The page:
The two major political parties have finally found common ground, but as one observer noted from far away America, just not the kind the people might have envisioned. The leadership of both the New Patriotic Party and the National Democratic Congress have managed to make the public, including The Statesman, disenchanted with the development of Ghana's partisan politics.
By the look of things, the Ghanaian voter is about to be subjected to the most negative political campaigns in 2008. December 2008 general elections are being seen by many politicians and their supporters as a do-or-die affair. For the NPP, the fear is that a defeat would mean the dangerously bitter former AFRC/PNDC/NDC leader Rawlings carrying out his threat of throwing NPP officials in jail. For the NDC, the fear is that a defeat would break their party's back, both financially and morally, and that it could become even more difficult to win back the Castle for the foreseeable future.
We're already getting an early sample of the 2008 electoral trepidation. The Statesman, as could be deduced from our Thursday publication, is becoming extremely frustrated at the direction our political leaders are actively or inadvertently pushing our politics.
Our bold, controversial banner headline comment yesterday - 'The Political Circus Goes On' – has provoked a lot of response from our readers, including some leading politicians, who believe that we were too harsh on the current government, especially on the President.
We do not intend to argue against any such observation because what we sought to do was to get our political leaders from all sides to pull the brakes and search within themselves whether or not they are happy with the development of Ghana's partisan politics, at least as dominated by the only two parties that have shared the first four terms under the Fourth Republic.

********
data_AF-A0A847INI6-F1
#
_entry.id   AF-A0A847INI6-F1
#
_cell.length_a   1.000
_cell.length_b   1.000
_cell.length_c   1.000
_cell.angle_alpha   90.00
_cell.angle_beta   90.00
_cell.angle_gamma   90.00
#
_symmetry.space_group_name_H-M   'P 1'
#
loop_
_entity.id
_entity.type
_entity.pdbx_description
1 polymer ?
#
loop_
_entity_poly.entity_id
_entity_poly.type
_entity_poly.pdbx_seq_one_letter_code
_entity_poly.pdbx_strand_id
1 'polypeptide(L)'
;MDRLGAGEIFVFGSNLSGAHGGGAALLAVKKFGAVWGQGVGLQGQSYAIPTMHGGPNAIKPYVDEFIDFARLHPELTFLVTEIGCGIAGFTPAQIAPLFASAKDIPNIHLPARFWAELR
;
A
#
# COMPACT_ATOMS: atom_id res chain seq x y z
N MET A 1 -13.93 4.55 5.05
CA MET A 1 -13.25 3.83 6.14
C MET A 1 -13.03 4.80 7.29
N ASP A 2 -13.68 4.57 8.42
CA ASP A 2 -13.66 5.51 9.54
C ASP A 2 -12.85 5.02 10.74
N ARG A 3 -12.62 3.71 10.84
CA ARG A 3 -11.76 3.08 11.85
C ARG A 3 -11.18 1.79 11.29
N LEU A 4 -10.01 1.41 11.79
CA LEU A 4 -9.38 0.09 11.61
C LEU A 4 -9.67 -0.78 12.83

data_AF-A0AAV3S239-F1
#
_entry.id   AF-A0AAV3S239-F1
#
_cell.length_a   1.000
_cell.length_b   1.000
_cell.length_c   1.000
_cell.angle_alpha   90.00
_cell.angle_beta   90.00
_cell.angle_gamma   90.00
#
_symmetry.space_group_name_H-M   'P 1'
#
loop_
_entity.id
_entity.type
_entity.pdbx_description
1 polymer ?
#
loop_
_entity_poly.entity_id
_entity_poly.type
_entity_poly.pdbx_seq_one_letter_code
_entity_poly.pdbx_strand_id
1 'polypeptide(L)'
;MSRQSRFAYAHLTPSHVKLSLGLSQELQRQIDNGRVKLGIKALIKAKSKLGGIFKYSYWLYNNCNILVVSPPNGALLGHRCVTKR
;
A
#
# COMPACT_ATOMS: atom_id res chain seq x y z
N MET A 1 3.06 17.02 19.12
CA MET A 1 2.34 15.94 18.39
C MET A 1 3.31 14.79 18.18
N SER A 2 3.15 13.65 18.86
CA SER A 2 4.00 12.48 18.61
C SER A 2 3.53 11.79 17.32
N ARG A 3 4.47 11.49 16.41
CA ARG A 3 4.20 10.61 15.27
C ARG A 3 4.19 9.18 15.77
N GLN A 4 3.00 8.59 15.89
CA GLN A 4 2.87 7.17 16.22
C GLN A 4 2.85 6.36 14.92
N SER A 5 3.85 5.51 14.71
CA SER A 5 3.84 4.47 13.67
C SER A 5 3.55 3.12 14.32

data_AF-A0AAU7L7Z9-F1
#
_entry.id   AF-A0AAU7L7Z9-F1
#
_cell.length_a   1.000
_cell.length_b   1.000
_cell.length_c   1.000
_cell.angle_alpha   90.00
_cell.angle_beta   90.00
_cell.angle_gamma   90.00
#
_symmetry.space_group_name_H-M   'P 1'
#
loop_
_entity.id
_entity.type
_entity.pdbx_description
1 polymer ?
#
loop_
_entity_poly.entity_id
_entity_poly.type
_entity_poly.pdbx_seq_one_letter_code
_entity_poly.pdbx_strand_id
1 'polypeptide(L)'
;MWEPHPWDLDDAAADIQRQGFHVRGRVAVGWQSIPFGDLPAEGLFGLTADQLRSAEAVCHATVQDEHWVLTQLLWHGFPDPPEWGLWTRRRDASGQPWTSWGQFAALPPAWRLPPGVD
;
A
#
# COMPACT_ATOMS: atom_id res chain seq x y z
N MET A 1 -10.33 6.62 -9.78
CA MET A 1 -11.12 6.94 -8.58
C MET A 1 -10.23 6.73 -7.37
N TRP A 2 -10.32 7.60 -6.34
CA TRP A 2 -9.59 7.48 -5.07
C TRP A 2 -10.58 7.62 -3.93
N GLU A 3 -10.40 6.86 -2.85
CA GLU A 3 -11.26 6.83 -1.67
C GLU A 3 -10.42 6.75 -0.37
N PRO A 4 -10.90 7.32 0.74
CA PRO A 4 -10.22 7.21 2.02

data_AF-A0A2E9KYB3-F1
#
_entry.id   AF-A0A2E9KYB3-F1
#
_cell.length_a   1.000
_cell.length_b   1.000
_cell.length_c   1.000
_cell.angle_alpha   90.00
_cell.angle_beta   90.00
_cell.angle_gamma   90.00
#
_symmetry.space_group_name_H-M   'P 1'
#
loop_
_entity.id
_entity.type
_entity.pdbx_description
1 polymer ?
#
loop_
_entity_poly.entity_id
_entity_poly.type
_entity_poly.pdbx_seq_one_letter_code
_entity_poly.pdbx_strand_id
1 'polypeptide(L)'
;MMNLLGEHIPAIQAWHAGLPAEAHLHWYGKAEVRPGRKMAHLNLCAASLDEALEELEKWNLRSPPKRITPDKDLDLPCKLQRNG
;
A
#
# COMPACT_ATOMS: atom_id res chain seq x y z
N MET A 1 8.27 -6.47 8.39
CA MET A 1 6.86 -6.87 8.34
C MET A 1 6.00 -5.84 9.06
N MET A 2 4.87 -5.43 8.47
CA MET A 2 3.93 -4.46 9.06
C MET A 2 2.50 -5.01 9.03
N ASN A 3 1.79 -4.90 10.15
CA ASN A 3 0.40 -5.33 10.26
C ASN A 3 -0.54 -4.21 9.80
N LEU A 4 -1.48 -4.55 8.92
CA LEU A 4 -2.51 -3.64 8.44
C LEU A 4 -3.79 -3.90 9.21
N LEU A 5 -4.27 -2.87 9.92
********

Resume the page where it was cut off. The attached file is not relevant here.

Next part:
We fear that the slavishly and rigidly partisan compartmentalisation of every issue of national interest devalues our ability as a nation to give the appropriate qualitative treatment to such vital matters. It is this that makes politicians put defence of party before interest of nation. It is that which makes politicians refuse to properly evaluate issues. It is that which makes the press and commentators sympathetic to one party or the other, reluctant to point out some painful truths for fear that they would be giving their opponents ammunition to sling back at them.
But, we must begin to grow. We must begin to move away from seeing the need to take a defensive or offensive approach to any matter that comes up. It is a fact that homelessness is growing, for example. It is a fact that corruption remains pervasive. But, a ruling party does not have to always approach such problems defensively. We cannot continue to devalue our politics.
For instance, there are those in the New Patriotic Party who believe that former President Rawlings should be very much ignored, with Government focusing on the issues. But, there are also others who believe he should be matched boom for boom. We believe the choice in the final analysis determines how much we desire as a nation to move on and with acceleration.
We are calling on Ghanaians to take a hose and cleanse Ghana's necessary partisan politics.